Let me now outline what in my view ought to be the bases for a common sense program of sewerage construction. I say by way of preface before I do so that I anticipate that the Minister for Aboriginal Affairs (Senator Cavanagh) will resort- naturally enough- to the technique used in another place of decrying those governments of the past that did not complete their sewerage construction programs. May I speak for my own State of New South Wales? In 24 years of government by a State Labor Government up to 1965, that government was wholly responsible for the water and sewerage works of my State. During that time, year after year, that Labor government refused to take up all the loan funds that were available to it from the Australian Loan Council. It argued that it would not build up book debts as such and it deliberately underborrowed. In fact, every piece of capital work in New South Wales was put into jeopardy because of the under-borrowing program of 24 years of

Labor government. I say this against the criticism made in another place that there has been a backlog of works. If there is to be a mote in the eye, then I say to the Labor Party, through its State instruments: 'Physician cure thyself, because the borrowing programs were available and there was the failing to make use of them. The newspapers of 1 966, 1 967 and onwards are full of the fights of the New South Wales State Liberal Government to obtain some kind of redress at Loan Council meetings or to obtain some kind of upgrading in the position so that a proper percentage of the funds could be provided to that Government. But during the previous 24 years we had the failure at all levels of construction- in regard to schools, hospitals and every other kind of construction including water and sewerage- because of the deliberate and stated policy of Premiers such as Mr Cahill and others to under-borrow and to knock back funds offered within the area of the Loan Council. So let it not be said that this was some legacy of some non-Labor administration of the past. The legacy lies heavily with that former State Labor Government.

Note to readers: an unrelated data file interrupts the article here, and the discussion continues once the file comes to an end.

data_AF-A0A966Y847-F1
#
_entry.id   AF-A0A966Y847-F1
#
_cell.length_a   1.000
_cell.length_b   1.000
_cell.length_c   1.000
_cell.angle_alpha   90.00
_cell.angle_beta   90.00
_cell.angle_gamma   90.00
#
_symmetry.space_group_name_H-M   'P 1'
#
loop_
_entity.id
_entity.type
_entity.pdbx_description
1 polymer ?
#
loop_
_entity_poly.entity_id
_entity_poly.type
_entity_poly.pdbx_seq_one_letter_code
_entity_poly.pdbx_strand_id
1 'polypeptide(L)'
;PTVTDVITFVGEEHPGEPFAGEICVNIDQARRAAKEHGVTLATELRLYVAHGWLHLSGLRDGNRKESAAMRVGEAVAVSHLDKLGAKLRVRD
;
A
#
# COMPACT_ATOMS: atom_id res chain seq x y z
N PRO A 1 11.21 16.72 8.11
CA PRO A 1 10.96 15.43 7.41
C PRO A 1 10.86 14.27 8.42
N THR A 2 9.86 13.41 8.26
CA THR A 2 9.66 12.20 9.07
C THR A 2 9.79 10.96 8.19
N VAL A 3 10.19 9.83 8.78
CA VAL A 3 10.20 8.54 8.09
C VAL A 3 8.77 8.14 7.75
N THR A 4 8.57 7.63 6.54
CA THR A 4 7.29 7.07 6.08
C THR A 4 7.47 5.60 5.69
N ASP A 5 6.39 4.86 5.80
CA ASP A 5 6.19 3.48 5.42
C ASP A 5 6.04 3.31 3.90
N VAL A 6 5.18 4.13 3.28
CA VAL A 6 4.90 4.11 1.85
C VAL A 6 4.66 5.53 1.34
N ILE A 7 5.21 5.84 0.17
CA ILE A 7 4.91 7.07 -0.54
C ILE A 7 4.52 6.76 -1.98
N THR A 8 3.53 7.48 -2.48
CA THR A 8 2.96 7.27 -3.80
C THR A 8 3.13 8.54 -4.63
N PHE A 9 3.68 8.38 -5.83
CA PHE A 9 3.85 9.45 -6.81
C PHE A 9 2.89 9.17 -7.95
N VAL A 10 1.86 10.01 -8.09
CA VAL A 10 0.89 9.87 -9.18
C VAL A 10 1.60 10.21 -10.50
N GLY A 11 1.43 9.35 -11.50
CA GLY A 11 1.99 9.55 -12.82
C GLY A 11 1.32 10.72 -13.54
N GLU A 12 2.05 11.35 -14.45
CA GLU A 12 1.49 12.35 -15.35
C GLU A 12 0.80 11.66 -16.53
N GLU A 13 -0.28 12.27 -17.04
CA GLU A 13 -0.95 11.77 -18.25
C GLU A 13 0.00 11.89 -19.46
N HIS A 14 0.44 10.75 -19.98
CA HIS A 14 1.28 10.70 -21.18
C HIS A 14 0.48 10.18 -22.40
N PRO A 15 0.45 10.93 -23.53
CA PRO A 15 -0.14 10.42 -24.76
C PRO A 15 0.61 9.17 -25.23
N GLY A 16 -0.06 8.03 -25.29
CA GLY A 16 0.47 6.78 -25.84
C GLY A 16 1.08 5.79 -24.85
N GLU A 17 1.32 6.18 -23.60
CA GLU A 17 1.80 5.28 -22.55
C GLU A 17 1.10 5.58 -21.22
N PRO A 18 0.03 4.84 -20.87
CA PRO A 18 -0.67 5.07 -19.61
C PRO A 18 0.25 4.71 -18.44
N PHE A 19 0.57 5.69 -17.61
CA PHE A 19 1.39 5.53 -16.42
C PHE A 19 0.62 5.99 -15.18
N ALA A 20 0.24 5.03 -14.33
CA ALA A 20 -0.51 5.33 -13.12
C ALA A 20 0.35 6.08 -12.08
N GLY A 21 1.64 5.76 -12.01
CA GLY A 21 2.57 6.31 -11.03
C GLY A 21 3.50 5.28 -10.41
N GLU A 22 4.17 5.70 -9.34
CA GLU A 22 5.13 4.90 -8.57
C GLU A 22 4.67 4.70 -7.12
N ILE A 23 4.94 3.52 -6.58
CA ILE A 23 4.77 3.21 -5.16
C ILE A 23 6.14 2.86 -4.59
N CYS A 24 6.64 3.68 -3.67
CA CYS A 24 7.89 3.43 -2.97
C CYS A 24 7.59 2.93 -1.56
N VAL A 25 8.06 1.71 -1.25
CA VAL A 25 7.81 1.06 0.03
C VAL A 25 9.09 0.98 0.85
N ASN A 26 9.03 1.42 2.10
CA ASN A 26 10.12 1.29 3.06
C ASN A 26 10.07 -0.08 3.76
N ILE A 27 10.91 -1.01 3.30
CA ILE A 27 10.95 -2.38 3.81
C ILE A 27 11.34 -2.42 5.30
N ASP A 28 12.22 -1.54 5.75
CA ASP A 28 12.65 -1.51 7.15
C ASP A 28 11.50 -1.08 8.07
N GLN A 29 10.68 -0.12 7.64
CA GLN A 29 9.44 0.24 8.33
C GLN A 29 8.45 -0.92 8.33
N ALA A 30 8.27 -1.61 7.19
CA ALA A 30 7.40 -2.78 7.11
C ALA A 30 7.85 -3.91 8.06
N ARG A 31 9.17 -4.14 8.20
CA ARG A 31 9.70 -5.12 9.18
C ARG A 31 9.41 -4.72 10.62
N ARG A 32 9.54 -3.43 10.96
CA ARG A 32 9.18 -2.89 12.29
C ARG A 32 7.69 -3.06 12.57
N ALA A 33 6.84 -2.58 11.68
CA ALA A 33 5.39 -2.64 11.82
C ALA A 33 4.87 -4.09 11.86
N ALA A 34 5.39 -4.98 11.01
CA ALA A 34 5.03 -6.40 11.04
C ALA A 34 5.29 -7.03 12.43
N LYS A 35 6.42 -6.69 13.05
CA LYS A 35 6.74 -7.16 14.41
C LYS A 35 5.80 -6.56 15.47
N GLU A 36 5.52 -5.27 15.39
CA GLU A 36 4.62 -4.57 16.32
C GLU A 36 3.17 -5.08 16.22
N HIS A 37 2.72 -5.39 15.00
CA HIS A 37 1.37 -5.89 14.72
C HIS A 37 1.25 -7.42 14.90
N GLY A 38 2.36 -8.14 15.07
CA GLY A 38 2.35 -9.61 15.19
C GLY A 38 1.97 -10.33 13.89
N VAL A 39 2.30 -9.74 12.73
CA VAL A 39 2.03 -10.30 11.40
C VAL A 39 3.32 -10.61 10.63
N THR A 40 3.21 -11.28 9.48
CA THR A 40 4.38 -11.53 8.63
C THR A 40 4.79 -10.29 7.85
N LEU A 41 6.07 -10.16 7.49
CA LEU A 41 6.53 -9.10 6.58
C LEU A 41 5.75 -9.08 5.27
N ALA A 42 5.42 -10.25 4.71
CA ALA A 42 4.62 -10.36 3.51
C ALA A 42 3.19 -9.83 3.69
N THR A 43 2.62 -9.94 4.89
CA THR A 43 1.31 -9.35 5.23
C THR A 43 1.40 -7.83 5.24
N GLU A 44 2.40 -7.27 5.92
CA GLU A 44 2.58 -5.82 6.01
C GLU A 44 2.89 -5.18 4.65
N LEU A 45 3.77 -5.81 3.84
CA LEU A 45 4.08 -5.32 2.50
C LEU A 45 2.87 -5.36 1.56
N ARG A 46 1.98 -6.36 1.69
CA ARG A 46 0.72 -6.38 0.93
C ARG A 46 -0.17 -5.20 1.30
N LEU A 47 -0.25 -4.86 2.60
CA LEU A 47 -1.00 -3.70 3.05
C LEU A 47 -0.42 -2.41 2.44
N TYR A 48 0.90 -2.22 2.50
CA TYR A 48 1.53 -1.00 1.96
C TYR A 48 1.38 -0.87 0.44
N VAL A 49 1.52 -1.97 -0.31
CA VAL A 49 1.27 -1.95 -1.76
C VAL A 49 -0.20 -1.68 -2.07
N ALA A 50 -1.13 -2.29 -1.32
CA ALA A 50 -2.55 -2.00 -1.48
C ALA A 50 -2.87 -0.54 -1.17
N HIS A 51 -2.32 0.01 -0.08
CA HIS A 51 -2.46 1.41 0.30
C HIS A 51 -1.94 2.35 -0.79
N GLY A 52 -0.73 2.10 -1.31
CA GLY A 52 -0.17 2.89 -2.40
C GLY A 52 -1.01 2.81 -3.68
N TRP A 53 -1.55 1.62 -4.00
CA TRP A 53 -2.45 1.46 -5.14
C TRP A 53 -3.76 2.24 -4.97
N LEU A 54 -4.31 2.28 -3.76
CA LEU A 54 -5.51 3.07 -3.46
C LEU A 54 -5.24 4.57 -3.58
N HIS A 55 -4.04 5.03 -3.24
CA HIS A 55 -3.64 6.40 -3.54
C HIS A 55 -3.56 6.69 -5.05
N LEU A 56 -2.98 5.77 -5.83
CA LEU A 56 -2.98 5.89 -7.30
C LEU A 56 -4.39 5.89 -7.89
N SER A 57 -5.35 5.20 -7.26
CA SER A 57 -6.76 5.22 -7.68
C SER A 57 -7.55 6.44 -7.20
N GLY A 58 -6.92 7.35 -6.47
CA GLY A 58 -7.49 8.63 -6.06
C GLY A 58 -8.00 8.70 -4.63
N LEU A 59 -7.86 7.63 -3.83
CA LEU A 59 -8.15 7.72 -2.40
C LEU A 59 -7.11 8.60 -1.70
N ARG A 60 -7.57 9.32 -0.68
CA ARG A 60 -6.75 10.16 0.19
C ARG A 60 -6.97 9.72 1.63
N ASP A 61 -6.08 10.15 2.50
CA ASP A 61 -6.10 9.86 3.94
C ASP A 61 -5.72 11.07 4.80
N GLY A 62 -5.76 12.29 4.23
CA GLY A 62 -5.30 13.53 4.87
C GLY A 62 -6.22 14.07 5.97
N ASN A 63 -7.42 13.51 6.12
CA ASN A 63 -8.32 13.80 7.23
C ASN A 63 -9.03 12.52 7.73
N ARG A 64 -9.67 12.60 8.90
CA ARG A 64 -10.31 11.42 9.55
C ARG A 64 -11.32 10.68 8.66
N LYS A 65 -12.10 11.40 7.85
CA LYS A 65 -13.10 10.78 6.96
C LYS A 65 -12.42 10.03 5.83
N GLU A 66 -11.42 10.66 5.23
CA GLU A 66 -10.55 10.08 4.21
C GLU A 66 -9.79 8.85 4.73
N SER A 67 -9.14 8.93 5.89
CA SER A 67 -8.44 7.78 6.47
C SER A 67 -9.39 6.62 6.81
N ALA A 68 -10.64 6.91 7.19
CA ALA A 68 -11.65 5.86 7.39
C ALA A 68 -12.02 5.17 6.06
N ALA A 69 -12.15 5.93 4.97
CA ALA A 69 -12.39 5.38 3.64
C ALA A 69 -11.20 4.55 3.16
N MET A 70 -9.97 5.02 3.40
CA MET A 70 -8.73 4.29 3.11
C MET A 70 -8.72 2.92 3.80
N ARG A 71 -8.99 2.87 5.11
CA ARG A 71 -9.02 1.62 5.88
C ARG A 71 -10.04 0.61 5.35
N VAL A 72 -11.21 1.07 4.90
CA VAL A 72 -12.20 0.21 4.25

Let me say, regardless of whether the mote lies in the Minister's eyes or our eyes, that there is a serious backlog of water and sewerage development and reticulation and that we must do something about it. The ingredients that I put forward are a serious criticism of the Labor Government's projected program and, I hope, offer constructive suggestions for the future.

The first situation is this: It is hopeless to dribble forward year by year amounts of money without giving some indication quite clearly of what will happen next year, the year after and the year after that. The very planning of such huge projects that involve hundreds of millions of dollars depends upon the ability of these authorities to go to the drawing board, to their engineers, to their suppliers of spun pipes, drains and treatment plants and say to them: 'We will want this quantity and particularity of material at this particular time'. They cannot say this at all at this moment. It is of utmost importance that in a time when the unemployment rate is moving past 2.2 per cent on its way to 3 per cent, something which the Government stated in the Budget is tolerable- I intervene to state that it said that an unemployment rate of 4, 5 or 6 per cent is intolerable- there should be a plan within this Labor regarded tolerability of an unemployment rate of 3 per cent. But where is the move to plan ahead and to say to these authorities that they can go to their drawing boards and plan ahead in consultation with their engineers and suppliers so that more people can be employed in the steel works, in the pipe manufacturing industry and by the pumping and electrical authorities because they will be guaranteed extra employment not only in 1974 and 1975 but also in the years ahead.

The fundamental basis of a proper water and sewerage program is that it should be at least a 3-year program and prospectively a 5-year program. Let me draw the parallel of the huge water conservation program that the Holt Government laid down and which, after it terminated after 5 years of operation, the Labor Government abandoned. Here was a program that planned ahead. Here was a program that industry understood and that the Government departments understood. Here was a program that guaranteed full employment. So I state emphatically that the first point is that a sewerage program must be a 3-year or 5-year program.